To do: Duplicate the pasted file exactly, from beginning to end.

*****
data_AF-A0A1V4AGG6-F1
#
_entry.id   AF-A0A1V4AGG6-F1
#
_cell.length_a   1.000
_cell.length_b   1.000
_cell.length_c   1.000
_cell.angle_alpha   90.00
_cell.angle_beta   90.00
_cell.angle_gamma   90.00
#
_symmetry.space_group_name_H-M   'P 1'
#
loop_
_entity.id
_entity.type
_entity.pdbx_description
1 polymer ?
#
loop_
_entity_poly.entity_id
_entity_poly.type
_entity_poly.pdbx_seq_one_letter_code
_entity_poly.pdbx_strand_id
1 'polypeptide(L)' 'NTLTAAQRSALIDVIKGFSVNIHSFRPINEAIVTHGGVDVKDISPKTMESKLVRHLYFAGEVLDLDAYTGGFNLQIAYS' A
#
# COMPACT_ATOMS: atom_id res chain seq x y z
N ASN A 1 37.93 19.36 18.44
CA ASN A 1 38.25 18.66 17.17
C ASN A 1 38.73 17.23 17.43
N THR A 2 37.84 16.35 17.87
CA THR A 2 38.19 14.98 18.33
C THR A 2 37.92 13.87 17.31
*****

data_AF-A0A1V4AGG6-F1
#
_entry.id   AF-A0A1V4AGG6-F1
#
_cell.length_a   1.000
_cell.length_b   1.000
_cell.length_c   1.000
_cell.angle_alpha   90.00
_cell.angle_beta   90.00
_cell.angle_gamma   90.00
#
_symmetry.space_group_name_H-M   'P 1'
#
loop_
_entity.id
_entity.type
_entity.pdbx_description
1 polymer ?
#
loop_
_entity_poly.entity_id
_entity_poly.type
_entity_poly.pdbx_seq_one_letter_code
_entity_poly.pdbx_strand_id
1 'polypeptide(L)' 'NTLTAAQRSALIDVIKGFSVNIHSFRPINEAIVTHGGVDVKDISPKTMESKLVRHLYFAGEVLDLDAYTGGFNLQIAYS' A
#
# COMPACT_ATOMS: atom_id res chain seq x y z
N ASN A 1 37.93 19.36 18.44
CA ASN A 1 38.25 18.66 17.17
C ASN A 1 38.73 17.23 17.43
N THR A 2 37.84 16.35 17.87
CA THR A 2 38.19 14.98 18.33
C THR A 2 37.92 13.87 17.31